The first item I want to share with you is a stunning example of an evening dress from the late fifties/early sixties - 'very Mad Men', as people are wont to say these days. It's a beautiful column dress designed to give a lovely, statueque, house glass figure. From the front, it appears quite a simple, elegant dress, a long silouette allowing the focus to stay on the wearers gorgeous hour-glass figure and on the beautiful cream satin embroidered with beige and gold fabric.
The really striking feature of the dress is it's back, with a dramatic V shaped plunging back that meets with a large square bow at the waist, which then leads into a double train that drops to the floor. The train gives the impression of the tails of an over-exaggerated bow, but in an elegant way! The bow cleverly disguises the zip closure down the centre back. Behind the bottom of the train ends is a slit to allow enough room to walk. However, from wearing it I can say that the skirt is slinky and tight enough that it does put a certain Marilyn wiggle into the way you walk!
Speaking of Marilyn, I've always associated this kind of statuesque column dress with her 1953 film Gentlemen Prefer Blondes, which is one of my all time favourites. Here's a few images of Monroe sporting the style:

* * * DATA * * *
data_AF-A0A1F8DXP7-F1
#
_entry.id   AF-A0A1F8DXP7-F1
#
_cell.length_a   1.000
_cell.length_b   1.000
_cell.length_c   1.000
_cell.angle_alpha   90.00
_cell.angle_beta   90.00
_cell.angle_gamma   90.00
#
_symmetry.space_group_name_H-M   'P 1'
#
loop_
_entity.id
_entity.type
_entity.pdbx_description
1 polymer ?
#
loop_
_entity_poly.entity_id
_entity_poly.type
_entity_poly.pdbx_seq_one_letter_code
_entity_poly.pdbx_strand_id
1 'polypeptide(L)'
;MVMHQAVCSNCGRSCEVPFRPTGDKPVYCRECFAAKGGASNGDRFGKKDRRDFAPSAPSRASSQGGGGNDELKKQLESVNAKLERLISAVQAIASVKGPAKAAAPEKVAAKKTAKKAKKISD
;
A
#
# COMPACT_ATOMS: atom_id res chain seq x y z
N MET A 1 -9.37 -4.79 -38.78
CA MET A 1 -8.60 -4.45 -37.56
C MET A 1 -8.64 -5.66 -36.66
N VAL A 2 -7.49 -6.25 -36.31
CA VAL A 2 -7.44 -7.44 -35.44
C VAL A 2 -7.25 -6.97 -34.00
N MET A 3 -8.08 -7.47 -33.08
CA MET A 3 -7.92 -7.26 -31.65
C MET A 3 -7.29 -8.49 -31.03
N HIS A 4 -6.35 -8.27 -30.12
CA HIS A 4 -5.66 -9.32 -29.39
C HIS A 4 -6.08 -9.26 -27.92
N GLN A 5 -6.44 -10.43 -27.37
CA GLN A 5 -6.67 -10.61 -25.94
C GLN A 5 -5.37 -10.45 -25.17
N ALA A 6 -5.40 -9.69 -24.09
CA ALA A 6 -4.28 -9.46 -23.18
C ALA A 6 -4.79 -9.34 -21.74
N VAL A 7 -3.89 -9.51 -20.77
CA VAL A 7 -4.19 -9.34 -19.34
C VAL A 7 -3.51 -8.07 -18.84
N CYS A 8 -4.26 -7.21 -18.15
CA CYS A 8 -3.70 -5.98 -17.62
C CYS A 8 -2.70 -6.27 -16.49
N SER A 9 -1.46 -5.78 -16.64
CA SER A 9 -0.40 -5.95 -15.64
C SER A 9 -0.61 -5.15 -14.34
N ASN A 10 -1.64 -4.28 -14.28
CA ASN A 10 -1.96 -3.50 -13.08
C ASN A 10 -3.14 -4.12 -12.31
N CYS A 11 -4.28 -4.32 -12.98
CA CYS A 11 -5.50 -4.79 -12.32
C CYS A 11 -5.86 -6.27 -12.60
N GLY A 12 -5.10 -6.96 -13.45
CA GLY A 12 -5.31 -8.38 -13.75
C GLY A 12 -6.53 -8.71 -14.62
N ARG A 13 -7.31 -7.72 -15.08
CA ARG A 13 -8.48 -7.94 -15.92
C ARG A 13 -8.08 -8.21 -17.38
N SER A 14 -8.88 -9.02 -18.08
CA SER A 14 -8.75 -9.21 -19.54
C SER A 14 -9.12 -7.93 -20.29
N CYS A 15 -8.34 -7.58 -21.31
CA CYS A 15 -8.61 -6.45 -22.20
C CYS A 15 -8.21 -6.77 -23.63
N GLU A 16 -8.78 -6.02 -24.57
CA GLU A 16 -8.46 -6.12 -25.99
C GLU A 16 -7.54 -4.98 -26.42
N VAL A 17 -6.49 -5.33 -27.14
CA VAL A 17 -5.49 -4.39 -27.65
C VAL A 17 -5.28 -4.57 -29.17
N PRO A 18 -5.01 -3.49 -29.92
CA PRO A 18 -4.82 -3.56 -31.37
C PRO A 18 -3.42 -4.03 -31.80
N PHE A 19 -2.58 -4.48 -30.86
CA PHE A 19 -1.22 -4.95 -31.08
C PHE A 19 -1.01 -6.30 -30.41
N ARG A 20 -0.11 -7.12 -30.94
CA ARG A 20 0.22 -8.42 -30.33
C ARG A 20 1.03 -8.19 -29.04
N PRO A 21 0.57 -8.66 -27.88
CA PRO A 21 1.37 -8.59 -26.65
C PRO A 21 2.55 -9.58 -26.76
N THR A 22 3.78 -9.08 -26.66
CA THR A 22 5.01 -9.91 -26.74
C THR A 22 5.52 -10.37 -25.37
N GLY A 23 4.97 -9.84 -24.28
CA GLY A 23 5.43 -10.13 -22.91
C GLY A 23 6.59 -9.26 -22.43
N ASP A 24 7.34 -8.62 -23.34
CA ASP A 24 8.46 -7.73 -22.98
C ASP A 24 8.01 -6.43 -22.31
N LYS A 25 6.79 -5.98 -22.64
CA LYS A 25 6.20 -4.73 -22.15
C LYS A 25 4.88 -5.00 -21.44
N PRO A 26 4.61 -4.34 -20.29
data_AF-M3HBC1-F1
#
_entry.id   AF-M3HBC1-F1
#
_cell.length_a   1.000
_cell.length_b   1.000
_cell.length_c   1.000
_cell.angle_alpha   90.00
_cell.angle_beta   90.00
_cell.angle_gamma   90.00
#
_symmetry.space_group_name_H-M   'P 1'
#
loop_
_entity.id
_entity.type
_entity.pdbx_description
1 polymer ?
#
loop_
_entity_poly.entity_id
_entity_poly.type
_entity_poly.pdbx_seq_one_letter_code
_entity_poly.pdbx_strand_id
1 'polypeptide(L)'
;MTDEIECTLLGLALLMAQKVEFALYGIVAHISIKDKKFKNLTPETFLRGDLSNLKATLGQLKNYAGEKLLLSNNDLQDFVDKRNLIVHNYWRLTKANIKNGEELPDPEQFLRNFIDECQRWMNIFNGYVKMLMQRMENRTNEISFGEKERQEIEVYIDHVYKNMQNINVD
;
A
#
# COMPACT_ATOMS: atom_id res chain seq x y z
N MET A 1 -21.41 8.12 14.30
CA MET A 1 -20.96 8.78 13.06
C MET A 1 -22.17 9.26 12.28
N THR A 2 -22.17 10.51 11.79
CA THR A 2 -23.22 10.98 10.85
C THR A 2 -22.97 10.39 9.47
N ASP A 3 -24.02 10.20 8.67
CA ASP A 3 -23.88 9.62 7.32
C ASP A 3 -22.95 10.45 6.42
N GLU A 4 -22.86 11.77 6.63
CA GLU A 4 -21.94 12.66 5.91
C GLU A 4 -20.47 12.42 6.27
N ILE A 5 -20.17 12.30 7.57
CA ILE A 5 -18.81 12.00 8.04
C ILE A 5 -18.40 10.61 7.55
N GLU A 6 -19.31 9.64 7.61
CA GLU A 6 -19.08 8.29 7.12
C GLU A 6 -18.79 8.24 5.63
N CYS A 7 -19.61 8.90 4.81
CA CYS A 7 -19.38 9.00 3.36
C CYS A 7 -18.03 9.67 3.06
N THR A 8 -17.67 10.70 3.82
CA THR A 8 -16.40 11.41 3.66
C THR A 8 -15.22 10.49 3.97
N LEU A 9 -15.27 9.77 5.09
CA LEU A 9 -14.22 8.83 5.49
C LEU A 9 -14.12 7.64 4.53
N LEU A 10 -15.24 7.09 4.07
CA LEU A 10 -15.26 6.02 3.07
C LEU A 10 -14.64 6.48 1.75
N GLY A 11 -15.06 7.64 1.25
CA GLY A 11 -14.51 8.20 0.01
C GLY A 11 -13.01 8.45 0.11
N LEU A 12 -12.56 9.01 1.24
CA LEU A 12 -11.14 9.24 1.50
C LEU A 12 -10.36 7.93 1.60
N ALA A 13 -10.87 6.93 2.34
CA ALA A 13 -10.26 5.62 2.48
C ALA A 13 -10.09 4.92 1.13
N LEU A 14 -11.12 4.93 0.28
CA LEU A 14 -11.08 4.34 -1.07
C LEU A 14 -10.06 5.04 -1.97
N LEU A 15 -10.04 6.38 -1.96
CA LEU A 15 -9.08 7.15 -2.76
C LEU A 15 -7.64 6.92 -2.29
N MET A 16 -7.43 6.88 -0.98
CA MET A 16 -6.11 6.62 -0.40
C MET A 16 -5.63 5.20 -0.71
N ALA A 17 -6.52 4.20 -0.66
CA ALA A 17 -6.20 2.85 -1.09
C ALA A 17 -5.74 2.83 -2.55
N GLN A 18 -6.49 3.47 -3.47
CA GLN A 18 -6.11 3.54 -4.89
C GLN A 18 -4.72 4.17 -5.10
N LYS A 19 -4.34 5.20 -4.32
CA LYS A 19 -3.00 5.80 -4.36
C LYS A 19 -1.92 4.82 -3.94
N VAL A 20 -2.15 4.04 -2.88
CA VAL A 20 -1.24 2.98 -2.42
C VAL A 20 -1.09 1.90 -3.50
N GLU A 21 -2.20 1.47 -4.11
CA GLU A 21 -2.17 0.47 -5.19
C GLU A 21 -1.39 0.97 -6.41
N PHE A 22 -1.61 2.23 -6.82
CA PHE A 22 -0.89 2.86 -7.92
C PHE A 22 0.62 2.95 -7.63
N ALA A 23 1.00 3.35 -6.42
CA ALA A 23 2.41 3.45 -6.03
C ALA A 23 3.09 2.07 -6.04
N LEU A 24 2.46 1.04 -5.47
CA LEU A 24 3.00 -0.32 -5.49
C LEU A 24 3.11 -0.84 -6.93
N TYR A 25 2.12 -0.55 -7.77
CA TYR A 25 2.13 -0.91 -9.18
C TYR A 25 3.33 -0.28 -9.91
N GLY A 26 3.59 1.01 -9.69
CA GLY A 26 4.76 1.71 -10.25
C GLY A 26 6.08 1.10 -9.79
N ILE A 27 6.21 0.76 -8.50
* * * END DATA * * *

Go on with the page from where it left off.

However, I think this dress is somewhat later - late fifties to early sixties, and I would place it as such primarily because of the square neckline and the V back and feature train, which are quite distinctive. It really does put the dress smack bang in the middle of that Mad Men transition era from the 1950s to 60's.
|1960s McCalls pattern|
In terms of construction and condition, the dress appears to be well and solidly made, but there is no sign of a brand label, which suggests that this was originally dressmaker made, as would many evening dresses of this era. The dress is fully lined, and has an interesting way of doing up, just to make sure that you're fully enclosed! On the inside waist is a band which you do up first _ think the purpose of this is to make the dress hug even tighter to your waist. You don't need to have this one done up to wear the dress, it just improves the line and fit. Then the zip goes over the top up the centre back. Then the Bow closes over the top with several poppers, to hide the top of the zip. It makes for a pretty and very finished effect.
The exterior of the garment is in good condition with no visible marks or flaws, but the inside lining does show it's age upon closer inspection, with some light staining on the inside of the bodice and armholes - about what you would expect for a dress of this age that has been worn a few times. The split at the bottom has pulled apart slightly, although this is not visible on the outside. There are also some slight pulls on the satin of the inside lining at the very bottom of the trains.
I think this dress would have originally been intended to be an evening dress rather than a bridal dress, but it would work very well as a chic, stylish wedding dress for a more modern bride looking for something different, or with a Mad Men themed wedding!